The tip above is super easy!  Place a lunch menu in a page protecter.  Tape the page protector to the back of a mat.  Use velcro to attach the mat to a door or wall.

You can find the lunch label in any of these packets:

In my classroom, I display birthdays on a birthday board.  The students hold up a card with the date of their birthday and then I photograph them.  I place the photo under the header.  I have seen this original idea of mine copied A LOT without credit.  I ask that if you do make your own version, you 1. Don't post it for free and 2. You credit me.  See this post for more pics of my birthday boards through the years. 

You can check out all versions of my birthday boards {HERE}. Or check out my latest version by clicking below.

Here is a little birthday freebie for you:

I use these with scented play-doh but they would work with anything scented!  Here are some scented items you can purchase from Target.  Click the images to check them out on  Don't forget to use your EBATES for 2% cash back when you order online. 
(affiliate links)

Indoor Recess

I like to have stations for indoor recess.  I find it prevents fighting and helps to keep the classroom organized.  I print up the cards below (free download) on card stock and laminate them.  The students move their clothes pin clips to the station they want to go to.  There can only be as many students at a station as there are dots on the card.  They are free to switch stations during recess as long as there is a free spot available.   *GoNoodle has a special indoor recess mixes.  They are perfect for getting the wiggles out.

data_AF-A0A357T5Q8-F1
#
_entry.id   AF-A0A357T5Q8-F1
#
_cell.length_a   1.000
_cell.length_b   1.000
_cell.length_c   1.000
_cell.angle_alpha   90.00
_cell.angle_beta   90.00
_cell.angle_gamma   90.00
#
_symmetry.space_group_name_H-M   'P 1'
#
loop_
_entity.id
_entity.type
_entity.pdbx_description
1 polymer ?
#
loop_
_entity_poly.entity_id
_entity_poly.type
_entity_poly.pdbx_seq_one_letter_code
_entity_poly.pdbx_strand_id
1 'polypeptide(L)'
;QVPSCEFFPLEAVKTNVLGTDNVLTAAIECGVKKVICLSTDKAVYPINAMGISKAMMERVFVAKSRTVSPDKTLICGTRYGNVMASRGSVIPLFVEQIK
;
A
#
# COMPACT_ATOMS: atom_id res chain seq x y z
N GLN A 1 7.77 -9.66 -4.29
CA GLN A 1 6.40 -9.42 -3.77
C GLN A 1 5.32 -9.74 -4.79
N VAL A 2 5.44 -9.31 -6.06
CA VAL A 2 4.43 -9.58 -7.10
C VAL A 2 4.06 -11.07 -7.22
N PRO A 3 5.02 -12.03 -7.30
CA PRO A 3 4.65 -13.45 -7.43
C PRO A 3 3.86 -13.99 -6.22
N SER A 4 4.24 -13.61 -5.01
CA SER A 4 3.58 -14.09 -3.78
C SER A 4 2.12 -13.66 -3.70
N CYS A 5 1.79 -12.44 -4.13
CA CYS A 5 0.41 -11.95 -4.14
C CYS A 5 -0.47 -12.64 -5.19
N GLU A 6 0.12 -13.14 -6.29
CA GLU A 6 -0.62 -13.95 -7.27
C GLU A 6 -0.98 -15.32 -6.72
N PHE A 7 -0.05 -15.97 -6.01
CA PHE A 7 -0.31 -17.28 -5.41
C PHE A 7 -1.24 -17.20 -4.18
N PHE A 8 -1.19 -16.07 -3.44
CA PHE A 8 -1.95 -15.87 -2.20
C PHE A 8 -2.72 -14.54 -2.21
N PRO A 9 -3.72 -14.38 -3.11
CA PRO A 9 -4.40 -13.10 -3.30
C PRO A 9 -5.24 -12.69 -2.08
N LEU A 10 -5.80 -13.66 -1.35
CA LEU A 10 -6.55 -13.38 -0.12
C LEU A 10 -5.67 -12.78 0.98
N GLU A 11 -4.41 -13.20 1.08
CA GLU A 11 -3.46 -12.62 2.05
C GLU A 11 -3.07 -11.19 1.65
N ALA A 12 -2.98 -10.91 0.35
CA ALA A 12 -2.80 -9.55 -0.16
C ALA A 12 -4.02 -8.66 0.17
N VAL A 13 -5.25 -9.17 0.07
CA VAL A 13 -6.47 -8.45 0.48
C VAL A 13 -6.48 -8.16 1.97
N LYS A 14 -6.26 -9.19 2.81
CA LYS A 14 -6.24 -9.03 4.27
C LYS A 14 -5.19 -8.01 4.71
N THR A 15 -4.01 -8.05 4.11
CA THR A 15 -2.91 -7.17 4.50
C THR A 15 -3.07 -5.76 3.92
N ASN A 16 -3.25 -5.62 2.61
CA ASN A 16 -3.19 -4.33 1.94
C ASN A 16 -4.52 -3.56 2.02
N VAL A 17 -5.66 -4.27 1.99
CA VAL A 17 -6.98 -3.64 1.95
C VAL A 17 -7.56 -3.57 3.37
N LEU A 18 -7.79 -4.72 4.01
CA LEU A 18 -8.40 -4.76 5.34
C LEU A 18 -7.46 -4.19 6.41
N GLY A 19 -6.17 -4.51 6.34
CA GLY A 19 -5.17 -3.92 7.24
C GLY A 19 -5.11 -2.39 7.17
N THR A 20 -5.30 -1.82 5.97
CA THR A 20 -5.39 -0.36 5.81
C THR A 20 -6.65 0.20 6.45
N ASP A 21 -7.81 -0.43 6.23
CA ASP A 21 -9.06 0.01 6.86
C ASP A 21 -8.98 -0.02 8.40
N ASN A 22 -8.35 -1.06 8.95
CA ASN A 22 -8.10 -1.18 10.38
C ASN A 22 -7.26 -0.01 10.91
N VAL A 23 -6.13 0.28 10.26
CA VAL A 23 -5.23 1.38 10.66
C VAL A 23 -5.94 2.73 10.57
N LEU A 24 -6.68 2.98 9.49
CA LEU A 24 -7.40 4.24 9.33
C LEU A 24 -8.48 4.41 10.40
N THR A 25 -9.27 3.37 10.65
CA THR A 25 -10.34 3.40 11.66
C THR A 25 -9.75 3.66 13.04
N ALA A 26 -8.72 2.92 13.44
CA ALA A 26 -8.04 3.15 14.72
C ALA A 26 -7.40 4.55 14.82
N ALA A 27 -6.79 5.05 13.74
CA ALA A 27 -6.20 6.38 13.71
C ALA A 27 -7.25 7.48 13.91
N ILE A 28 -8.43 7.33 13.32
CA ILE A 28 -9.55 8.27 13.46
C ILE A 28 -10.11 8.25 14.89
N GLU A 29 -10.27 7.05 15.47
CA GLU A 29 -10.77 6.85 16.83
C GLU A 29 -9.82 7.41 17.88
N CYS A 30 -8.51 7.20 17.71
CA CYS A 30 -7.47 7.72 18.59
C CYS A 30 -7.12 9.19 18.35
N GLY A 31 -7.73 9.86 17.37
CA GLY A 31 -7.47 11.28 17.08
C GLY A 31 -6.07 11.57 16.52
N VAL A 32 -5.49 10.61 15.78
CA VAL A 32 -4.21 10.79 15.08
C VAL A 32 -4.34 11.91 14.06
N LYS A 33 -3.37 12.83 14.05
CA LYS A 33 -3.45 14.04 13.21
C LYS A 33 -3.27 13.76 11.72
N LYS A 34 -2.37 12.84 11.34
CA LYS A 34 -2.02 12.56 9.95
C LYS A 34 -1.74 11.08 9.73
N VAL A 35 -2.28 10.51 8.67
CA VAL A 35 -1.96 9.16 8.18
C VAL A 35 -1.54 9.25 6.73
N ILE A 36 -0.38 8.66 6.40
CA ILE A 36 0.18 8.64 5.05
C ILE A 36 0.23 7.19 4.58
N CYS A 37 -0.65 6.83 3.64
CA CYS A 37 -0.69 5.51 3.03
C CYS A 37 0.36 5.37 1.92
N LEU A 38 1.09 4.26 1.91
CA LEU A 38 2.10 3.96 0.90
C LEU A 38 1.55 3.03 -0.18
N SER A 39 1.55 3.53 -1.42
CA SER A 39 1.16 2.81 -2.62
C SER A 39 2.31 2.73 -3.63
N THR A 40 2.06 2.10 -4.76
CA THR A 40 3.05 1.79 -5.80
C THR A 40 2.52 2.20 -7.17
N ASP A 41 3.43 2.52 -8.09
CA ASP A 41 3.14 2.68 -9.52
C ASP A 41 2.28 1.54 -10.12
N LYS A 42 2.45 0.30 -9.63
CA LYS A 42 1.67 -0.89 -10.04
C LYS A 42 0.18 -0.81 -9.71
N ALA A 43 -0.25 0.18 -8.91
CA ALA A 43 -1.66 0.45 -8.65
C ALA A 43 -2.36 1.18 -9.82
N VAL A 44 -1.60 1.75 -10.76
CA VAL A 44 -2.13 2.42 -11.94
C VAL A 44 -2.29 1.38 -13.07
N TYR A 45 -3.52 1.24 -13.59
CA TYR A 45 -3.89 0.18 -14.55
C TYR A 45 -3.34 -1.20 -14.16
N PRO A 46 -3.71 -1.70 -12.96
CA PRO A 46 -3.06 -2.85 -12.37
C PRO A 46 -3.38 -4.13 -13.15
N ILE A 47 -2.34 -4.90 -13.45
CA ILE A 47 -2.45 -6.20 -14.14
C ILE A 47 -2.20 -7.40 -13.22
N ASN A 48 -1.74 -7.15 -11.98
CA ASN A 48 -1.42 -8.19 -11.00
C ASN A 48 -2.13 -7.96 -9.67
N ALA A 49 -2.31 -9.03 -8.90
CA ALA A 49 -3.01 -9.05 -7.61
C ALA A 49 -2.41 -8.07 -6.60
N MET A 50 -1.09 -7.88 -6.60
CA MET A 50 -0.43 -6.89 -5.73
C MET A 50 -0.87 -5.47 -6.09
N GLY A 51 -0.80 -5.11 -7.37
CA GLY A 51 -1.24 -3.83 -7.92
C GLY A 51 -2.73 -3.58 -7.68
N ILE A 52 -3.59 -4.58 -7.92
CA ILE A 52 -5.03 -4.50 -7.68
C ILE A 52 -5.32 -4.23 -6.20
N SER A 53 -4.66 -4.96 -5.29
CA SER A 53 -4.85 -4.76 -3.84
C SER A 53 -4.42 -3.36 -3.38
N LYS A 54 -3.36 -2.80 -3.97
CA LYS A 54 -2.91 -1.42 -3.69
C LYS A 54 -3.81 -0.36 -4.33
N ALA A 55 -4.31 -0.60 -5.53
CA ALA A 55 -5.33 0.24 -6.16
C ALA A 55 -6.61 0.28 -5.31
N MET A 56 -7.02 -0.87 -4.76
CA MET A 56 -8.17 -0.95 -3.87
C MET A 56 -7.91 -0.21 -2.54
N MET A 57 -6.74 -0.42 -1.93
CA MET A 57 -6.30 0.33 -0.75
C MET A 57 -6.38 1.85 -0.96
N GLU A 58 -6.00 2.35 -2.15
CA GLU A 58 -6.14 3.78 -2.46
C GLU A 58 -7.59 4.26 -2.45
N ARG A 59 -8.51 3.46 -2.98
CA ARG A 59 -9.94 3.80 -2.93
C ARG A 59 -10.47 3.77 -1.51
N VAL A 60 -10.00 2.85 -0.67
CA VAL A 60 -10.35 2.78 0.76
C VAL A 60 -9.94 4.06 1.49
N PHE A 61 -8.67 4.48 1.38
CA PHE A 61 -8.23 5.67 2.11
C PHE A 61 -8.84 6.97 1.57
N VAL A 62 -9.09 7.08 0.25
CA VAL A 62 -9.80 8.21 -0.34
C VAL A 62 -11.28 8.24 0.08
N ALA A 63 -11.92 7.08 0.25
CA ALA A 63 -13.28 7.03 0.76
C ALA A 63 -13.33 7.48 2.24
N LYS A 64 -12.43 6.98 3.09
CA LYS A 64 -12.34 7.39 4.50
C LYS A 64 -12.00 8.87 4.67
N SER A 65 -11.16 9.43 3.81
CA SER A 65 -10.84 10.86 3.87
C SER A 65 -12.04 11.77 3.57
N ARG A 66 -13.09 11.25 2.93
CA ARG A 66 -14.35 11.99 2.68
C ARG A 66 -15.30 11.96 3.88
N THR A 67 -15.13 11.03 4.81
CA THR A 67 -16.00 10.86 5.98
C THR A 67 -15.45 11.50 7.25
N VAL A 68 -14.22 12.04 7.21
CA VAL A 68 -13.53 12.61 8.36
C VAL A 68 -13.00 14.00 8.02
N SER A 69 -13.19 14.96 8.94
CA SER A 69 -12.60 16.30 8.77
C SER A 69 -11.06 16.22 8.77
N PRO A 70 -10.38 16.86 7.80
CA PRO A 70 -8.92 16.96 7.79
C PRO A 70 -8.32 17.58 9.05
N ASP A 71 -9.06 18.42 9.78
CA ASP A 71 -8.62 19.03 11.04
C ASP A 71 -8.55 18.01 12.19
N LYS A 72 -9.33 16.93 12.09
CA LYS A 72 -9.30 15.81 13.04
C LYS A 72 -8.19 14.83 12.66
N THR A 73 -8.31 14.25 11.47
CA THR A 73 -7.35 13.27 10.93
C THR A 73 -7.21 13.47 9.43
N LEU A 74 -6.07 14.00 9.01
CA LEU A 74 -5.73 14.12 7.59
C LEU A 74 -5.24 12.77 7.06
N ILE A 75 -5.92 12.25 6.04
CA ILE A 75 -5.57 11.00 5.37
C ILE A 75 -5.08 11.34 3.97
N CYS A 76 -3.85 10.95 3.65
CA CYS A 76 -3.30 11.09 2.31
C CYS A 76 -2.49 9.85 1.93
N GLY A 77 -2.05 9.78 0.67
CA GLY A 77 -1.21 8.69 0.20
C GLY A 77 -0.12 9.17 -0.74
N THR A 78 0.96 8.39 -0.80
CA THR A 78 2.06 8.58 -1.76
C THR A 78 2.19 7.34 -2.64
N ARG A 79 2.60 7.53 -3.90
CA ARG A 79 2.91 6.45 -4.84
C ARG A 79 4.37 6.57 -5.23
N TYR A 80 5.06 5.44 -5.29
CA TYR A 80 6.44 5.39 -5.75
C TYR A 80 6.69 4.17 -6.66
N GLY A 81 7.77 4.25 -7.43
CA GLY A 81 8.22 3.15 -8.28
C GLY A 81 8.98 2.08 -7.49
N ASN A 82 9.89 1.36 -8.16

Time Organization

I like for my students to have visual reminders for the amount of time remaining for certain activities.  This really works well with helping them manage their time in independent learning centers.   The timer above is from a cute free site.  Classroom Dojo also has a timer feature that is easy enough for a student to set for you. 

Giving Students Brain Breaks!
If you don't know about GoNoodle, I suggest you check it out ASAP.  I am a huge fan.

You can read more about my love for GoNoodle {HERE} and snag some behavior coupons.

I use all the tricks for getting students' attention.  You know the clap.  The "One, two, three, eyes on me."   Lights on and off.   I recently found this soothing chime and use it to get students' attention.  You can find it on Amazon by clicking below.

Organizing Your Information